“She's trying to clear up some minor charges against her in Europe. She really is trying to get her life back on track.” Alice addressed her last sentence as much to the Judge as to Opposing Counsel.
“Twenty bucks says you don't see her again.”
“I'll take that, Steve. Will you hold the bets, Leafy?”
The prosecutor's office and defense lawyer had met three times before they were ready to see the judge again.
At the first meeting Alice informed the assistant DA that Shego was back in the country. “But I haven't seen her,” Steve informed her. “You're giving me hearsay, I want evidence.”
At their third meeting he had asked if Alice's client was still in the country.
“She's down in Mexico doing a job.”
Steve snorted in disgust, “You really think you're going to see her?”
“I'll give you odds on a second bet. I'll put up twenty to your ten she's here for our next meeting.”
Shego met Alice in her law office before the two walked to the courthouse for the issues conference with the judge.
“You don't actually need to attend the issues conference,” Alice told Shego. “But if you really hope to become a lawyer it will be a good experience for you. Now, one rule today, you don't say ANYTHING except hello and goodbye unless I tell you to. Is that clear.”
The two waited on the bench outside the judge's chambers until Steve arrived. “Glad you're wearing your TL pin,” Alice told him as she knocked on the door.
“I try to have respect for the rules.”
As Leah ushered them into her office Alice made brief introductions, “Shego, this is Judge Forest, you may call her Your Honor. Leafy, this is Shego.” The two shook hands. “Shego, this is Steve Crandall, he'll be presenting the State's evidence against you.” The two did not shake hands.
Steve and Alice took the large chairs in front of the judge's desk, and Shego took a smaller chair to the side.
“First things first,” the Judge announced, and handed forty dollars to Alice. There was a small delay as Steve took out his billfold and handed her another ten.
“A small side bet,” Alice explained.
The judge called the conference back on track, “Now, how are negotiations going? Are the State and defense any closer together?”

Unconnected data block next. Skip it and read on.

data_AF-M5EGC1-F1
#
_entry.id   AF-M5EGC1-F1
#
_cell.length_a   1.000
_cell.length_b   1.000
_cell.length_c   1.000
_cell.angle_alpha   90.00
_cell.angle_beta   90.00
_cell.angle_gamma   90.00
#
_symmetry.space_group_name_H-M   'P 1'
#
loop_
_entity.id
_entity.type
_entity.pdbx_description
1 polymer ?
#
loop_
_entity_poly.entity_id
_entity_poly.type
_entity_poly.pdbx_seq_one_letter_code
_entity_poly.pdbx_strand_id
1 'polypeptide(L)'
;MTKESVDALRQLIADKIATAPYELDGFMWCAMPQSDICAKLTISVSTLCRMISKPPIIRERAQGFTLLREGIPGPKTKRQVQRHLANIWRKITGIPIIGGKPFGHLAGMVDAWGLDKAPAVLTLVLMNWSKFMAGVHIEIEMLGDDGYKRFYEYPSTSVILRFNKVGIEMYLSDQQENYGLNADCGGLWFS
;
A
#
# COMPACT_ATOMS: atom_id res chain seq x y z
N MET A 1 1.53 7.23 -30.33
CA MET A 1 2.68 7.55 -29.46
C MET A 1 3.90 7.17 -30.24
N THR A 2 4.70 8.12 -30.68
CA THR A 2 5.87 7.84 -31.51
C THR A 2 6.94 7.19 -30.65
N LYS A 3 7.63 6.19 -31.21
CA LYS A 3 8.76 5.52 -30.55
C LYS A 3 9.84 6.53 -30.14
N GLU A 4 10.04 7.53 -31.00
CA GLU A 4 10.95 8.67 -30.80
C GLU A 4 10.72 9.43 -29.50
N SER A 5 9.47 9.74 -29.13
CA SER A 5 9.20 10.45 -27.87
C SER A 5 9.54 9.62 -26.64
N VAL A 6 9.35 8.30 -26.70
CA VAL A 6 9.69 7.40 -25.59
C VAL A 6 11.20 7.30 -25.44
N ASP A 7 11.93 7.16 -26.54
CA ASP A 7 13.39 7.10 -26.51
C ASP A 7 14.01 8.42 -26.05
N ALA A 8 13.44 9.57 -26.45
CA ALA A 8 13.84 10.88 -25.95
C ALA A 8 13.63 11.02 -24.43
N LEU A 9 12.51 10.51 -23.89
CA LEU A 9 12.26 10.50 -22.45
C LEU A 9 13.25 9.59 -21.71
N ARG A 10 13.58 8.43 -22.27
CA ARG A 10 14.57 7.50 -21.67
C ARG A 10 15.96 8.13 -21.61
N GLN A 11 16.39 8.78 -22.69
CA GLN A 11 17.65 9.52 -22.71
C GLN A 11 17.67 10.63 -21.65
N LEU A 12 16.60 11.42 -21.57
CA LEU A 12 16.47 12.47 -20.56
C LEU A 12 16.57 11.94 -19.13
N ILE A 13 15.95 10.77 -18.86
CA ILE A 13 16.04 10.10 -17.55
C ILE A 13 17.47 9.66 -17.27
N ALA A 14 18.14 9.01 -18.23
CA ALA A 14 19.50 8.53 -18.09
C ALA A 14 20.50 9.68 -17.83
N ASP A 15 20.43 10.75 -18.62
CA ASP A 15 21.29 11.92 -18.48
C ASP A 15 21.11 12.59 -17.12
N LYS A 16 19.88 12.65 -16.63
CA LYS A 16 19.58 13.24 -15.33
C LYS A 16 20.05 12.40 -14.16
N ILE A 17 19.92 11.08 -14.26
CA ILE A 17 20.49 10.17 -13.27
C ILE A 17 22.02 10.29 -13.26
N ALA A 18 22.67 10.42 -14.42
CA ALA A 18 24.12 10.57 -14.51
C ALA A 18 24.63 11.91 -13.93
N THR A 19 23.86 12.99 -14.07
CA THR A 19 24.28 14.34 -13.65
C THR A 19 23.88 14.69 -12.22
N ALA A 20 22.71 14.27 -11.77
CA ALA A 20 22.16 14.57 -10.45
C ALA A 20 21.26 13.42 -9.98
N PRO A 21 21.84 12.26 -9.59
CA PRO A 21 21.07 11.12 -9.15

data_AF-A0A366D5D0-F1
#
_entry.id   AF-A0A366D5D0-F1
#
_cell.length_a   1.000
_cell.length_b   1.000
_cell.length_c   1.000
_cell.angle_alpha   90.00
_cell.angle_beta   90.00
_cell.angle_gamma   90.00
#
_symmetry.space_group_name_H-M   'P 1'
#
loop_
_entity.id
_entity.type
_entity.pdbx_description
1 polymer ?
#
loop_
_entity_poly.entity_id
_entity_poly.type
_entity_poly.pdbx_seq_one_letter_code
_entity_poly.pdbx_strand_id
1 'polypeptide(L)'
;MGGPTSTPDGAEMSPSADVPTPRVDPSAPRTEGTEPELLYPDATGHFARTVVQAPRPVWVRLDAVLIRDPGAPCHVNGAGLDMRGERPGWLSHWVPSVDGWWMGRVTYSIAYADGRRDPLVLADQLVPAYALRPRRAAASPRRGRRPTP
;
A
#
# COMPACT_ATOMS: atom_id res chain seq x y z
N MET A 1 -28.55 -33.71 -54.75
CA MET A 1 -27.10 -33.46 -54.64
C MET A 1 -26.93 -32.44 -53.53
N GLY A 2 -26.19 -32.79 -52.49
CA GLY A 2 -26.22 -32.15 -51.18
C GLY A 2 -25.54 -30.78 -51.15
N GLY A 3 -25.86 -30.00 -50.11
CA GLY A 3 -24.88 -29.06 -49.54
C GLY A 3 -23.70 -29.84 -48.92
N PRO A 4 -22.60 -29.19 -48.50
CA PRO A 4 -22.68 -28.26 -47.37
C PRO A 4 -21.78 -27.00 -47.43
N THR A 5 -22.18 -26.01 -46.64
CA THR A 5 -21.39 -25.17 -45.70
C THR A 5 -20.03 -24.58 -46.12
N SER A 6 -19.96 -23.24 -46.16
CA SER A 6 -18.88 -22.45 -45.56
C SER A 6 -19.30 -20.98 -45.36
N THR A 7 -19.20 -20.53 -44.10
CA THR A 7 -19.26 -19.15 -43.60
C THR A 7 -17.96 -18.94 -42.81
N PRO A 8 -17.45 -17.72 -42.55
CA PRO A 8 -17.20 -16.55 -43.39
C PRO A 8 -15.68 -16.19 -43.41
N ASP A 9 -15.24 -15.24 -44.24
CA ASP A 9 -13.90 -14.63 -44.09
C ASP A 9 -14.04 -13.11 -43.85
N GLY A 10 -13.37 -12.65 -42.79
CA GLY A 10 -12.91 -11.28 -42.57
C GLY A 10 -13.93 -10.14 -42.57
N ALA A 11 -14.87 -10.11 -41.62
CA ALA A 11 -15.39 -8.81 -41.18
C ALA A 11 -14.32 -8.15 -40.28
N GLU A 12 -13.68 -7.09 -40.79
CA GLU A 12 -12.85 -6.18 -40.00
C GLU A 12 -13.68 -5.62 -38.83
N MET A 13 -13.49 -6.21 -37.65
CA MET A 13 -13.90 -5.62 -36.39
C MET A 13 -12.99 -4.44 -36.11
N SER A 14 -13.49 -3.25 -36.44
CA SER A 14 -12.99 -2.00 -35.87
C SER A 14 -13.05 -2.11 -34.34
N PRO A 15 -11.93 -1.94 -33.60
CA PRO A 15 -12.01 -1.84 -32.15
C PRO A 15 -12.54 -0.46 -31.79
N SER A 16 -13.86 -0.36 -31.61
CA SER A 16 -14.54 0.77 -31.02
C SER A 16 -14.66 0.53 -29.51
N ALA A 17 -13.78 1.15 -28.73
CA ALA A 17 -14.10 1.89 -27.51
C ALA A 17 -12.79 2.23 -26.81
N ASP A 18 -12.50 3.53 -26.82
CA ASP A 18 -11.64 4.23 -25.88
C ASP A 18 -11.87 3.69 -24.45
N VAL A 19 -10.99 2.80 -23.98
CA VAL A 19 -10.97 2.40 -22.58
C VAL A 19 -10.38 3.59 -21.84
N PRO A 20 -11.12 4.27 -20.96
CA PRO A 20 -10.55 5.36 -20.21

“We've done pretty well, Leah,” Steve told her. “Her client is willing to plead guilty on most of the felony burglary charges. The State is willing to drop the others; not enough evidence to make it worth our while to try and gain a conviction.”
“We're only willing to put in a guilty plea with a stipulation, we want the state to drop the robbery and assault charges. You're never going to be able to prove the robbery charges and I don't think you want to try the assault charges.”
“Steve, robbery first. There were two, weren't there?”
“Yeah. Night watchman knocked unconscious in one, two researchers locked in a closet in the other.”
“Was Shego seen in either robbery,” Alice asked.
“No, but they were both by Drakken's people and that makes her an accomplice and guilty.”
“Can the State prove Drakken's people were behind the robberies?”
“Not for sure, “ Steve admitted. “The night watchman didn't see who hit him, but Drakken stole a particle resonator a week later from the lab -- it's one of the burglaries they've agree to plead guilty on. We figure the first attempt was a botched heist by Drakken.”
“You really think you can win something with evidence that circumstantial?” Alice asked.
“Maybe, maybe not,” Steve admitted. “The two researchers who were locked in the closet saw a man dressed in red.”
“And so Shego should be convicted?”
“Hey, Drakken's henchmen always dressed in red.”
“Too thin, Steve, and you know it. I could probably beat you on half a dozen of those burglary charges my client is willing to plead guilty to. But we want the robbery and assault charges dropped.”
“The State sounds weak on the robbery charges, Steve,” the Judge told him. “I don't know why you are so interested in pursuing them. Are your assault cases any better?”
“Those are iron clad. We've got video tapes of a number of fights between Shego and Kim Possible.”
Shego shifted uncomfortably on her chair.
“You don't want to go there, Steve.” Alice warned him. “Kim is tremendously popular around this area. You don't want to put her on the stand.”
“Why the hell not? Your client beats on local hero, that should get an assault conviction easily in this town.”